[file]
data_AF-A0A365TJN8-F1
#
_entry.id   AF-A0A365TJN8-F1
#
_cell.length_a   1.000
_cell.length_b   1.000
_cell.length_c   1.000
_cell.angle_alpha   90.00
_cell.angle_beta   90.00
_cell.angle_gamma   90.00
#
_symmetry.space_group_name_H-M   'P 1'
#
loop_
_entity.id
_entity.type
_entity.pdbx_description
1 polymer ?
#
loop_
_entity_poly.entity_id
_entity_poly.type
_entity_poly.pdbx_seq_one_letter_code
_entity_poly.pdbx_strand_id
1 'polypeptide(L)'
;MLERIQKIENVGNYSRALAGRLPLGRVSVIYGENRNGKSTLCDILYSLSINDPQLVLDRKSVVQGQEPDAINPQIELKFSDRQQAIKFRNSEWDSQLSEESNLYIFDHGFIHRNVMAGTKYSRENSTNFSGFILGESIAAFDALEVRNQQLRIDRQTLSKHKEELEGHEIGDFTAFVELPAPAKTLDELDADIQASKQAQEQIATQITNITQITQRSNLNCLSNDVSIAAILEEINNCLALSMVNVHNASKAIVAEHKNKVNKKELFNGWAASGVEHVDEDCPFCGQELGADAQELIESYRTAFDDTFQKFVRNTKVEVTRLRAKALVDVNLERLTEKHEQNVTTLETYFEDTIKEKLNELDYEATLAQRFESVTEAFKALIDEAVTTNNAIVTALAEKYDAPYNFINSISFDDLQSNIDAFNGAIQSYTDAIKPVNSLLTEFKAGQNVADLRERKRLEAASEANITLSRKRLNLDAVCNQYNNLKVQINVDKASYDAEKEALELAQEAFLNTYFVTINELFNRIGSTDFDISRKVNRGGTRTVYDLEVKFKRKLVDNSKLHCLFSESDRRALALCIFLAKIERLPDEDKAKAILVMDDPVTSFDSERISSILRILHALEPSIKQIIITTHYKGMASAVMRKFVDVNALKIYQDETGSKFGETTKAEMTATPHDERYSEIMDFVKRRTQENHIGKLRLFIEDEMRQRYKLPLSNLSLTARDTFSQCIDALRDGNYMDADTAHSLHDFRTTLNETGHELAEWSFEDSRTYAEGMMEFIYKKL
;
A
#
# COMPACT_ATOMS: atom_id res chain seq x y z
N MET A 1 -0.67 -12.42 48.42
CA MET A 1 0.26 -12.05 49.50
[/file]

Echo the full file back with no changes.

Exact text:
data_AF-A0A365TJN8-F1
#
_entry.id   AF-A0A365TJN8-F1
#
_cell.length_a   1.000
_cell.length_b   1.000
_cell.length_c   1.000
_cell.angle_alpha   90.00
_cell.angle_beta   90.00
_cell.angle_gamma   90.00
#
_symmetry.space_group_name_H-M   'P 1'
#
loop_
_entity.id
_entity.type
_entity.pdbx_description
1 polymer ?
#
loop_
_entity_poly.entity_id
_entity_poly.type
_entity_poly.pdbx_seq_one_letter_code
_entity_poly.pdbx_strand_id
1 'polypeptide(L)'
;MLERIQKIENVGNYSRALAGRLPLGRVSVIYGENRNGKSTLCDILYSLSINDPQLVLDRKSVVQGQEPDAINPQIELKFSDRQQAIKFRNSEWDSQLSEESNLYIFDHGFIHRNVMAGTKYSRENSTNFSGFILGESIAAFDALEVRNQQLRIDRQTLSKHKEELEGHEIGDFTAFVELPAPAKTLDELDADIQASKQAQEQIATQITNITQITQRSNLNCLSNDVSIAAILEEINNCLALSMVNVHNASKAIVAEHKNKVNKKELFNGWAASGVEHVDEDCPFCGQELGADAQELIESYRTAFDDTFQKFVRNTKVEVTRLRAKALVDVNLERLTEKHEQNVTTLETYFEDTIKEKLNELDYEATLAQRFESVTEAFKALIDEAVTTNNAIVTALAEKYDAPYNFINSISFDDLQSNIDAFNGAIQSYTDAIKPVNSLLTEFKAGQNVADLRERKRLEAASEANITLSRKRLNLDAVCNQYNNLKVQINVDKASYDAEKEALELAQEAFLNTYFVTINELFNRIGSTDFDISRKVNRGGTRTVYDLEVKFKRKLVDNSKLHCLFSESDRRALALCIFLAKIERLPDEDKAKAILVMDDPVTSFDSERISSILRILHALEPSIKQIIITTHYKGMASAVMRKFVDVNALKIYQDETGSKFGETTKAEMTATPHDERYSEIMDFVKRRTQENHIGKLRLFIEDEMRQRYKLPLSNLSLTARDTFSQCIDALRDGNYMDADTAHSLHDFRTTLNETGHELAEWSFEDSRTYAEGMMEFIYKKL
;
A
#
# COMPACT_ATOMS: atom_id res chain seq x y z
N MET A 1 -0.67 -12.42 48.42
CA MET A 1 0.26 -12.05 49.50